November 10, 2020

Urinary Leakage: Tips for Proper Peeing 

Urinary leakage is very common, but not normal. So what can you do? Learn how to empty your bladder correctly, prevent pelvic floor issues, and manage those pesky leaks!

November is Bladder Health Awareness Month and I wanted to share some tips on how to empty your bladder correctly, prevent pelvic floor issues, and manage those pesky leaks.

Approximately 50% of women over the age of 65 have urinary leakage, and urinary leakage is one of the number one reasons for admission to a nursing home later in life! Many postpartum women experience leakage, too. Peeing your pants is not a normal part of being a mother. Diapers are not your destiny! Follow these tips below and work with a Pelvic Floor PT so you can stay dry for all the days to come.

What’s normal and what’s not?

Normal frequency of urination is every 2-4 hours during the day and 0-2 times at night. This can increase during pregnancy or if you are a heavy water drinker, but otherwise you want to try to stay within this range. Often people go pee “just-in-case” thinking they have to keep their bladder empty to avoid leaks. Not so! If you are peeing “just-in-case,” your bladder can shrink and it will feel like you have to pee all of the time. Try to wait for the urge to pee unless you are about to exercise, depart on a plane or long car-ride, or an extended period when a bathroom isn’t available. In addition, certain foods or drinks can increase the urgency to pee: sodas, alcohol, coffee, carbonated drinks, spicy or acidic foods. So if you know you tend to have urgency after having one of these, try to avoid or limit them when you know a bathroom won’t be available.

Hydration is key

It’s so simple but yes, you should stay hydrated to help with bladder function. Often people think if they drink less water they will have to pee less. Incorrect! This can lead to concentrated urine which can irritate your bladder and make you have to go even more. Sip (don’t chug) water throughout the day to keep your urine diluted. Also, avoid bladder irritants including alcohol, sodas, caffeine and any acidic juices as much as possible.

During pregnancy, you need more water to aid constipation, increase blood volume to feed your placenta and growing baby, improve bladder health to decrease risk of urinary tract infections, and help prevent nausea. Immediately after childbirth, hydrate tons. This helps bring your breastmilk supply in, replenish blood loss from birth, and helps with constipation.

Don’t squat or hover

Do you squat or hover over the toilet seat when peeing in public? Welllll, you shouldn’t! Hovering/squatting may prevent your pelvic floor muscles from relaxing, which can lead to incomplete bladder emptying and forcing you to strain and push to pee. Sitting down helps your pelvic muscles relax so your bladder can empty properly. So whip out those Clorox wipes, ladies, or line the seat with tissue paper, and sit down to relax when you pee when out and about.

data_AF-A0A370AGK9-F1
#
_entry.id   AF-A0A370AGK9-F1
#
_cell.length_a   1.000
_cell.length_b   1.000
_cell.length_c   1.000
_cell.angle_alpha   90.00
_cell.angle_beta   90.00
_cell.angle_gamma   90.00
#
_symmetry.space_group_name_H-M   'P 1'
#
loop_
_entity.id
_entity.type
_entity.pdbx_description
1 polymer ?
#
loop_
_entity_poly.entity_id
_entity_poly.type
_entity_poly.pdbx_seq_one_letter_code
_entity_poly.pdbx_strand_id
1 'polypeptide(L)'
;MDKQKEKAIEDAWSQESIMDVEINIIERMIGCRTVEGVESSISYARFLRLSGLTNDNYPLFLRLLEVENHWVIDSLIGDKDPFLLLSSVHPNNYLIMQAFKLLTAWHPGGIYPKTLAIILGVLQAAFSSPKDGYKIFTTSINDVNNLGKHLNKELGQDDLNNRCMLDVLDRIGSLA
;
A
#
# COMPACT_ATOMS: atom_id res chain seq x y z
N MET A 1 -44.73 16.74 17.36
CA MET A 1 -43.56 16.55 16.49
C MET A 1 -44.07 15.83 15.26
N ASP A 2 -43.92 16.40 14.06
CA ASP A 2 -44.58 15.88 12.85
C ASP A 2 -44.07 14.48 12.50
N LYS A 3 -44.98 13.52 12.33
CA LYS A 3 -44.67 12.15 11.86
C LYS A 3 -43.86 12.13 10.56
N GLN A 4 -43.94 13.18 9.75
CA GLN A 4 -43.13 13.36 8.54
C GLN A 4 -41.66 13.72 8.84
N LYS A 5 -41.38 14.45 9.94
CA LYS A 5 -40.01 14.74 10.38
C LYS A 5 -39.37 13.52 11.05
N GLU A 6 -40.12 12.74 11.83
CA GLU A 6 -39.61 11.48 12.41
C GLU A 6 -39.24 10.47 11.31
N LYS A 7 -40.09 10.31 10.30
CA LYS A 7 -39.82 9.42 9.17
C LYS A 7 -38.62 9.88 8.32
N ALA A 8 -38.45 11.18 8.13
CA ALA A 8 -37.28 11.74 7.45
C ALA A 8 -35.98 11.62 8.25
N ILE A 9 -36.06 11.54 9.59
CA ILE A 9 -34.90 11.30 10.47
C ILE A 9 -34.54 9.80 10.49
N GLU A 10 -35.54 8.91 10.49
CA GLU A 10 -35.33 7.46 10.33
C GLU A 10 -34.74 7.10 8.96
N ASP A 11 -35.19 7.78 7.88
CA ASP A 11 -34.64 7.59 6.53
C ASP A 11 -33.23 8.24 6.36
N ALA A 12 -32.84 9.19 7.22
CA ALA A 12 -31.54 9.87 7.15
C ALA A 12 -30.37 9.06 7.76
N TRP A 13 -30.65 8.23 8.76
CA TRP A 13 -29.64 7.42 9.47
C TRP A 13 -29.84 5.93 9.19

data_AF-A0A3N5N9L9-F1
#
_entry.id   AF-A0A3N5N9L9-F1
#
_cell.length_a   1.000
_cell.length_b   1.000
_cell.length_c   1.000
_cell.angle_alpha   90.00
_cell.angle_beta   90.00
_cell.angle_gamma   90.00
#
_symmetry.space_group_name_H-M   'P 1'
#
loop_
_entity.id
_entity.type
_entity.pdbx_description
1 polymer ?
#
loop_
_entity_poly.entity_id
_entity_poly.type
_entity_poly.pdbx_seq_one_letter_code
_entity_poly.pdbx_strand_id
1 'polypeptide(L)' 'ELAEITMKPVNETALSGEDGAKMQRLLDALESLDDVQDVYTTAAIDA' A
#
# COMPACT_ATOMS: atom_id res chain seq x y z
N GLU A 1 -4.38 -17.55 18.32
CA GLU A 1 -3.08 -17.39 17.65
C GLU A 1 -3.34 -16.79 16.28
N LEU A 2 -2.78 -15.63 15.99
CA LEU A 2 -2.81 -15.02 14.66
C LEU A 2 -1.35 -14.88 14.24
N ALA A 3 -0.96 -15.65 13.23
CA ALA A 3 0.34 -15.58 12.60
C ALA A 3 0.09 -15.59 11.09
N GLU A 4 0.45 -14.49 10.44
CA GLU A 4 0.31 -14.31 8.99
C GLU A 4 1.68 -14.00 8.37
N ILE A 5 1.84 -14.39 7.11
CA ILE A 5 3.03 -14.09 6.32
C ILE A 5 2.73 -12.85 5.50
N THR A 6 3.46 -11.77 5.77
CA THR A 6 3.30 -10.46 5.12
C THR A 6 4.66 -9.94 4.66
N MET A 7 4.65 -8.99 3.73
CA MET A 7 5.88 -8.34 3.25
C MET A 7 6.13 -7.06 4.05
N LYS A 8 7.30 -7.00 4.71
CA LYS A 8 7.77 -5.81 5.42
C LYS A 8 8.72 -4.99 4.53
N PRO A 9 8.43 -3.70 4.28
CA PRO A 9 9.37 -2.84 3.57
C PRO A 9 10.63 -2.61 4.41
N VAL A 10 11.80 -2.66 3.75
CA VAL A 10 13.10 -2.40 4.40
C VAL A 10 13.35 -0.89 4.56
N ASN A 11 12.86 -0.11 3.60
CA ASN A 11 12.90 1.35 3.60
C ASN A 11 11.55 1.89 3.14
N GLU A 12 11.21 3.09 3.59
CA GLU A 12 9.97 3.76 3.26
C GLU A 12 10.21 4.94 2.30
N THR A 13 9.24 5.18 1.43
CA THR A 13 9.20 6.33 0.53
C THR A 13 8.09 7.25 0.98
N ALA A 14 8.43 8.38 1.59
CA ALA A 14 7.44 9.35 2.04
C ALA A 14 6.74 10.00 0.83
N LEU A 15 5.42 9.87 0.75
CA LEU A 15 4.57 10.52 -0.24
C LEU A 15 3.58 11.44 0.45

Don’t do kegels or push while you pee

Don’t do kegels while you are peeing. It messes up the way your muscles and bladder work in harmony. When you pee you should be sitting (don’t hover), relaxed (don’t power pee/strain) and letting your bladder do the work for you while your pelvic floor muscles stay relaxed.

So yes, another no-no is pushing while you pee. No power peeing! When there are people waiting in the bathroom line, or you’ve got to get back to your screaming baby, your tendency may be to pee as fast as you can and push it all out. Don’t! Instead take a few deep breaths and let your bladder empty on its own. Pushing your pee out can weaken your pelvic floor muscles over time and cause pelvic organ prolapse, and even diastasis recti. Your bladder actually does the pushing for you!

That being said, if you need to delay the urge, kegels may be helpful in delaying the urge to void. If you tend to have tense pelvic floor muscles, some deep breathing can help quiet your bladder down and help you hold it until you are ready to go.

If you’re newly postpartum

Your first pee and poop can be pretty memorable after giving birth. Occasionally after having a baby, it can be really hard to pee. Like you are at the hospital and have to pee, but cannot relax your pelvic floor muscles to empty your bladder after a Cesarean or vaginal birth. This can be a result of surgery, trauma, catheter use or muscle tension. Essential oils can play a huge role during labor, birth and recovery. Try putting drops of peppermint oil into the toilet water, sit on the toilet and take some relaxing deep breaths. This aromatherapy can help get your stream started so you can pee, and eventually leave the hospital to go home.

Recovering from birth? Check out our 90-minute online courses for recovery

Let’s talk about leakage

If you leak, know it’s very common, but not something that you have to live with. You may need to work on strengthening those pelvic floor muscles via kegels. A pelvic floor PT will be able to fully assess your individual situation. There are also internal supports like a pessary or over the counter Poise Impressa to help support the bladder and urethra if extra support is needed.

Seek the help of pelvic floor PT

Seek the help of a pelvic floor PT for a full assessment. We work with individuals worldwide virtually and in person, so schedule a session today so we can tailor a plan specific to you!

The Vagina Whisperer Pelvic Floor PT Team is Here for You

Sara Reardon PT, DPT, WCS is the owner of NOLA Pelvic Health and founder of The Vagina Whisperer, a resource for online pelvic health education and therapy to help women worldwide with pelvic health conditions. She is a board certified women’s health physical therapist with a special interest in treating pelvic pain and pregnancy and postpartum conditions. She is a mom, wife, Saints fan and wanna be yogi.

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